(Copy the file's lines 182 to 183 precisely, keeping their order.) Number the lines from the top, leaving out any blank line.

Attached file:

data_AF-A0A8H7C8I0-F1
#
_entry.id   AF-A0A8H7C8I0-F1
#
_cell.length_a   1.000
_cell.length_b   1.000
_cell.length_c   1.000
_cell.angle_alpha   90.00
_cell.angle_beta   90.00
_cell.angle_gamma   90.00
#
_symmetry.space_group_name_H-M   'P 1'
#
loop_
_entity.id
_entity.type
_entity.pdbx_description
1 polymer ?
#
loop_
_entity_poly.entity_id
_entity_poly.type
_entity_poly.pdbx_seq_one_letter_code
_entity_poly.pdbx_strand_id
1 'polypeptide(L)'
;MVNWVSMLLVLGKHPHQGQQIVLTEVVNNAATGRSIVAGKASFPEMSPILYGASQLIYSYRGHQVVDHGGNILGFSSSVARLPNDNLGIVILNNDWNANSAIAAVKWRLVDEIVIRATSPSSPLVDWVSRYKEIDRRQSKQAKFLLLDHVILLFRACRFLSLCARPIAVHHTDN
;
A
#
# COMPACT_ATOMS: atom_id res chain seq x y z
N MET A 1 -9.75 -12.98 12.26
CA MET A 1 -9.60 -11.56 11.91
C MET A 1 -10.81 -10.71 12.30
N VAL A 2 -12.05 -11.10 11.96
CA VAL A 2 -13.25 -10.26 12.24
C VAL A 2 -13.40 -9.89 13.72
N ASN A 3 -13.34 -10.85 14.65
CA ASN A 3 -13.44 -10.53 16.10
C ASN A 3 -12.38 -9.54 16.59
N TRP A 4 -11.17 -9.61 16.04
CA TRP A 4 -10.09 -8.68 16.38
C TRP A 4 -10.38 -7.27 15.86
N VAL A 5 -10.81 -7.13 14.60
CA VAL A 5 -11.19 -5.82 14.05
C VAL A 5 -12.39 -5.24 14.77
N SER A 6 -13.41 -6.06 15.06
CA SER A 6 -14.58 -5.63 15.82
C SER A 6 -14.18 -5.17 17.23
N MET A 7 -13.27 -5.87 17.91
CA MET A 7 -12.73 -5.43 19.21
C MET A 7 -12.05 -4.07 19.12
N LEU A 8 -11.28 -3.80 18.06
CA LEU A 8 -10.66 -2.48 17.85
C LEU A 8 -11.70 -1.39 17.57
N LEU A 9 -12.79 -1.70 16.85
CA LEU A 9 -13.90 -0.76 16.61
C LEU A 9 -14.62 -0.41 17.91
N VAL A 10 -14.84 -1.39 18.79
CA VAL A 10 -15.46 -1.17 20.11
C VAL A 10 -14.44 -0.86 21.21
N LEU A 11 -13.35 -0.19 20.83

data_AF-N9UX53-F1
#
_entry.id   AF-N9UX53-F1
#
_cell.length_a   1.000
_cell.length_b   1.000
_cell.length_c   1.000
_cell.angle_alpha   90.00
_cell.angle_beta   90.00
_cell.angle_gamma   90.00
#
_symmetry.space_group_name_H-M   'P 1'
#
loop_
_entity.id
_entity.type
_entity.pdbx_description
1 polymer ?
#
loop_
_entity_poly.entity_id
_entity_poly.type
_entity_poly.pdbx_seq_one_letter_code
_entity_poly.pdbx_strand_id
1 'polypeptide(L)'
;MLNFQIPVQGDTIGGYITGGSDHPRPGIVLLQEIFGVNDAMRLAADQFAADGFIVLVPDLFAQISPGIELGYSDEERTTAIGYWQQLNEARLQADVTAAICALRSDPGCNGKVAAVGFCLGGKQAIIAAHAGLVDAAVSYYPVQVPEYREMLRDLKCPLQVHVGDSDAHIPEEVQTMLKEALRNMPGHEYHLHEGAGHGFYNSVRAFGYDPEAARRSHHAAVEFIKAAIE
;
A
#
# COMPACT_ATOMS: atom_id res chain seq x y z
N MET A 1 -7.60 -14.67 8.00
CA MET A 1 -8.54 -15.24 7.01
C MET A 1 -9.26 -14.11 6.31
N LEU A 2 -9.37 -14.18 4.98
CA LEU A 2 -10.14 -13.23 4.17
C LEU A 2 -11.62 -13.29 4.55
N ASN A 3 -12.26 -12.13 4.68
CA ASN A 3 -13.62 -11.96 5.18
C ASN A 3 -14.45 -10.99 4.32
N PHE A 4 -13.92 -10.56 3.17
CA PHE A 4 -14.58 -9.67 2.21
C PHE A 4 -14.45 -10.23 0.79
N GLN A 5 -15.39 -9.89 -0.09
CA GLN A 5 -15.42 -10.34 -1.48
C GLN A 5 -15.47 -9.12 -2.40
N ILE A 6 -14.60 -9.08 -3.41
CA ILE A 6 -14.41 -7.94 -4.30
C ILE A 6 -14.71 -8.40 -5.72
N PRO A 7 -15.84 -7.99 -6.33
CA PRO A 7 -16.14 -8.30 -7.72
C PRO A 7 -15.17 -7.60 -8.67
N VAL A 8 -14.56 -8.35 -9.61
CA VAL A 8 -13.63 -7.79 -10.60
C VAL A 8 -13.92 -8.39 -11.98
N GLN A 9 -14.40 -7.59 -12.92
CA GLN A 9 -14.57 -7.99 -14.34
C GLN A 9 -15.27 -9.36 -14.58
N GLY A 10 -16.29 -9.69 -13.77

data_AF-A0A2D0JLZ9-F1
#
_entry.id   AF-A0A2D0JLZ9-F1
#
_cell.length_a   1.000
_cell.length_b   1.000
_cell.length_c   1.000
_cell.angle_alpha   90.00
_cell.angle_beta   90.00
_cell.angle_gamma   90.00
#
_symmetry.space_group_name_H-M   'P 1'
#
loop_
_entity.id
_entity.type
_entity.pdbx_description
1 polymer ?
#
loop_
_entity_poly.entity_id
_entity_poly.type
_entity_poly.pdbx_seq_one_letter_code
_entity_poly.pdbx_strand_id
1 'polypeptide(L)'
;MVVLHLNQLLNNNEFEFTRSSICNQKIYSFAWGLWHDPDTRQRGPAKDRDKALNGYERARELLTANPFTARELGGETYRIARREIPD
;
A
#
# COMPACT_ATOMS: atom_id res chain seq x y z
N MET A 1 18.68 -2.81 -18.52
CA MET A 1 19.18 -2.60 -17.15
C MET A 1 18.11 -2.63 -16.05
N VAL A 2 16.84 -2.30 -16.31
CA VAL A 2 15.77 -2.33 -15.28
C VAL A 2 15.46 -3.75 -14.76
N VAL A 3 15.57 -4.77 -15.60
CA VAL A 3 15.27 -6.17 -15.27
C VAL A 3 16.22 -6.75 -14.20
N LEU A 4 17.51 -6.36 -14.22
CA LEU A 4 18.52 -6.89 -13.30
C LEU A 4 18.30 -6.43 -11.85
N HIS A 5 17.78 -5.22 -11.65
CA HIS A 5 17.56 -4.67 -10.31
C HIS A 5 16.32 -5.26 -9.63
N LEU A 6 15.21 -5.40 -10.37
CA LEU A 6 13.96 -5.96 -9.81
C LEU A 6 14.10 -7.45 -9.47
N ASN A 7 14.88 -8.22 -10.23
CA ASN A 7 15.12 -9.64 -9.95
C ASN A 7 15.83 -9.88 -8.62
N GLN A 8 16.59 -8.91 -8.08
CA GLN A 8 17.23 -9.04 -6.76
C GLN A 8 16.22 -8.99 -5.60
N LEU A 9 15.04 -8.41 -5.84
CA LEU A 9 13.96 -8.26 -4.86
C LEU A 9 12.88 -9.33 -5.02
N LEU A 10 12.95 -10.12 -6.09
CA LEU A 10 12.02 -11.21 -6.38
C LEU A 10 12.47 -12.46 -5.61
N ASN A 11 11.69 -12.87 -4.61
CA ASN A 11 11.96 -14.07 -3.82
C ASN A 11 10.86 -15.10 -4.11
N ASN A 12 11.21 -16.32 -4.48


C ASN A 11 10.86 -15.10 -4.11
N ASN A 12 11.21 -16.32 -4.48